Friday, October 28, 2011

The History of Automobile Airbags

Even though airbags were both designed and patented for safe usage in the early 1950s, they would not come into any sort of widespread use until almost thirty years later. John W. Hetrick, a former Navy engineer, created the first airbag prototype in 1952. He combined his knowledge of the mechanics of compressed air, which he had gained from working extensively with torpedoes in the Navy, together with a strong desire to keep his family and other motorists safe while driving. The year after their invention, airbags were patented as a safe way to help prevent injuries in automobile accidents. When John tried to market his new device to the auto industry, however, he found most automobile manufacturers were more interested in profits than safety.

Airbags were first incorporated as a safety device for a passenger vehicle in the early 1970s. Studies showed that many passengers weren't interested in using their seatbelts when driving, so safety watchdogs decided to look for a device that wouldn't involve customer compliance. Ford and General Motors constructed fleets of experimental cars with airbags in order to fine tune the technology. It was soon found that, although airbags were not a viable alternative to seatbelts, they were an excellent supplemental safety system. Besides laws mandating the use of seatbelts, legislation encouraging car manufacturers to include airbags in their vehicles began to appear around the early 1980s. The 1980s saw a huge rise in the amount of airbags available in the car market.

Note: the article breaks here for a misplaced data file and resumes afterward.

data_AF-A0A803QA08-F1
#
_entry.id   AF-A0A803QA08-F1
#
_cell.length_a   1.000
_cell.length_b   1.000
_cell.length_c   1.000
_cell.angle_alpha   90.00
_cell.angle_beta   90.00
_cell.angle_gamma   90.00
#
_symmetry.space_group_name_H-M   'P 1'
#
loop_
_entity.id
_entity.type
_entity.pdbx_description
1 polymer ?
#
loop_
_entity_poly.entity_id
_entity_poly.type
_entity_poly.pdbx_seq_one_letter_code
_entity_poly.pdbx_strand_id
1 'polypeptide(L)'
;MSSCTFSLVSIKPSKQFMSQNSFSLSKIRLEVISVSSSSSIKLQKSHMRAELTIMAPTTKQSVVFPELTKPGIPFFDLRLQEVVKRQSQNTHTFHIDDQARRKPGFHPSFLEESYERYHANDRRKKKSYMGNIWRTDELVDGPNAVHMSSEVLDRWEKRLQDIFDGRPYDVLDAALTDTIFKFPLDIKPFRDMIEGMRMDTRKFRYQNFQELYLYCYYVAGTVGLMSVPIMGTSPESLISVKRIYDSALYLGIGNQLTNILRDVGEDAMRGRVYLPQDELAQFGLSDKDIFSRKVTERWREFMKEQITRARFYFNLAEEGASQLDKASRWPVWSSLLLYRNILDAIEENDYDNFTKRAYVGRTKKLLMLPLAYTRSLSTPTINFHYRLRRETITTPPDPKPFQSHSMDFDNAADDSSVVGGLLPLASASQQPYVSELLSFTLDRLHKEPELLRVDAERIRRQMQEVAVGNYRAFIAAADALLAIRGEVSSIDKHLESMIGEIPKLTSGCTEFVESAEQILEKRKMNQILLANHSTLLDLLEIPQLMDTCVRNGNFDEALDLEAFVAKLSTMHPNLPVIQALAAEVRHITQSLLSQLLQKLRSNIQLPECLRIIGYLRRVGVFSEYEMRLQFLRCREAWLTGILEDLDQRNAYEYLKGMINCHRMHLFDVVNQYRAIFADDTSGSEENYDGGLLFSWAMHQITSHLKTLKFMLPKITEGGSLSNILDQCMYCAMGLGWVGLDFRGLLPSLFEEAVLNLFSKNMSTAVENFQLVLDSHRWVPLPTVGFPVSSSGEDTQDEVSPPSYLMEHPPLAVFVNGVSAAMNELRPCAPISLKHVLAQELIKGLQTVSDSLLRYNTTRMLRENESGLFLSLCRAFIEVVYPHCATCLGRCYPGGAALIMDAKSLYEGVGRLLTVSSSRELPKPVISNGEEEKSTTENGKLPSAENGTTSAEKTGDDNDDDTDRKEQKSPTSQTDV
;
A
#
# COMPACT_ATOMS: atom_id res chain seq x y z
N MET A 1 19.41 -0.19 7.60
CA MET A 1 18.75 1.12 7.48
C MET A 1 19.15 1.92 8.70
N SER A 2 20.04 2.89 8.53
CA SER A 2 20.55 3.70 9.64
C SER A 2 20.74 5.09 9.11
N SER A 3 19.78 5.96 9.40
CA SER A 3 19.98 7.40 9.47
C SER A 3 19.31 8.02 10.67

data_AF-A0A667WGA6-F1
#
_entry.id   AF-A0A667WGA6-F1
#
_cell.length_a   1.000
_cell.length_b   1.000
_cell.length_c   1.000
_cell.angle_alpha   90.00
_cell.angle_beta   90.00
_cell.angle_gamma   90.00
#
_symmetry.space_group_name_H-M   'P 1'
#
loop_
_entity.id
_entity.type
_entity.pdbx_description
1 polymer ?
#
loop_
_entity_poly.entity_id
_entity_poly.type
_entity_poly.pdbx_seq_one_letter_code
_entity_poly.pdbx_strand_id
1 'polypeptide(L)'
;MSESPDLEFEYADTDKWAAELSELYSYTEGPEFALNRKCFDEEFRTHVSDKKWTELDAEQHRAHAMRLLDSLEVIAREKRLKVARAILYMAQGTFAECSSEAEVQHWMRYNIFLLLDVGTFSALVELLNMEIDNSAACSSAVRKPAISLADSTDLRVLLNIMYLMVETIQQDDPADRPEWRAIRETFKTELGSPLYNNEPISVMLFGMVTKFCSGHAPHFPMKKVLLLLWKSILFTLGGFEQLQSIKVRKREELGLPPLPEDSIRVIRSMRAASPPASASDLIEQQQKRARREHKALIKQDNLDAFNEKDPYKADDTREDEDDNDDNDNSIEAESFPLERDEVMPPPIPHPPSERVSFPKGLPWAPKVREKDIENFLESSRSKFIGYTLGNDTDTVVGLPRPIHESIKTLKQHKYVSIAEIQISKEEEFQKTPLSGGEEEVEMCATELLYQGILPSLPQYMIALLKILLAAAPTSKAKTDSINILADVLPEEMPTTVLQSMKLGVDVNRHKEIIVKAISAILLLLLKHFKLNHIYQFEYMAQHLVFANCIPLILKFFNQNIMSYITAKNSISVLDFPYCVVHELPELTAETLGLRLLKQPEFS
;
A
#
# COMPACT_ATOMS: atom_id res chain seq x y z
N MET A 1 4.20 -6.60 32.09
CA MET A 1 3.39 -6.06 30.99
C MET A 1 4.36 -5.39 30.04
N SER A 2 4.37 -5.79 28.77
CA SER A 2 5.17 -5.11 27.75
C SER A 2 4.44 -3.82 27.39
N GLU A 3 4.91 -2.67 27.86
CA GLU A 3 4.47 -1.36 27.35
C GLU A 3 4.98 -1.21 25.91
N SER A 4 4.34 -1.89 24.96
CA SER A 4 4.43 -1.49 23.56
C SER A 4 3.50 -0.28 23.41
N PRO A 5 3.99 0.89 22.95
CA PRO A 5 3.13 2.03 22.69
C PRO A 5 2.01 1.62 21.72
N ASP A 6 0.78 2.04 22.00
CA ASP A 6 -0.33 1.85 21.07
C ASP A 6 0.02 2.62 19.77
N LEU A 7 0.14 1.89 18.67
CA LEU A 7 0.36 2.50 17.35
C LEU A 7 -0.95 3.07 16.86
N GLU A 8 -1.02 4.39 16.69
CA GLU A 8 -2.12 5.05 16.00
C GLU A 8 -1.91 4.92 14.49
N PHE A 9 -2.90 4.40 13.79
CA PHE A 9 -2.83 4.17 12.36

Mercedes Benz and Honda made them available as options and Porsche offered them as standard equipment in its 944 model. In 1990, Chrysler, an industry leader at the time, integrated airbags into its entire array of vehicles, and this inspired many others to do the same. Audi had finally caught up by 1994 when it introduced airbags into many of its best selling models. Airbag development continued in the 1990s with many new variations being invented and tested. The side airbag developed and then evolved into two different types, the side curtain and the side torso. These side airbags, which inflated between the body and the door of the vehicle, were found to be highly successful in preventing head and torso injury. They also helped to diminish the chance of being ejected from the car should it roll over.

Today, the standard types of airbags are joined by rear curtain airbags, knee airbags, center airbags, and even seatbelt airbags, each with its own specialized safety function. Some motorcycles even come equipped with airbags to help diminish injury in a direct frontal collision. There are also airbag suits for motorcycle drivers, which help protect the driver's back if he is thrown from his bike.

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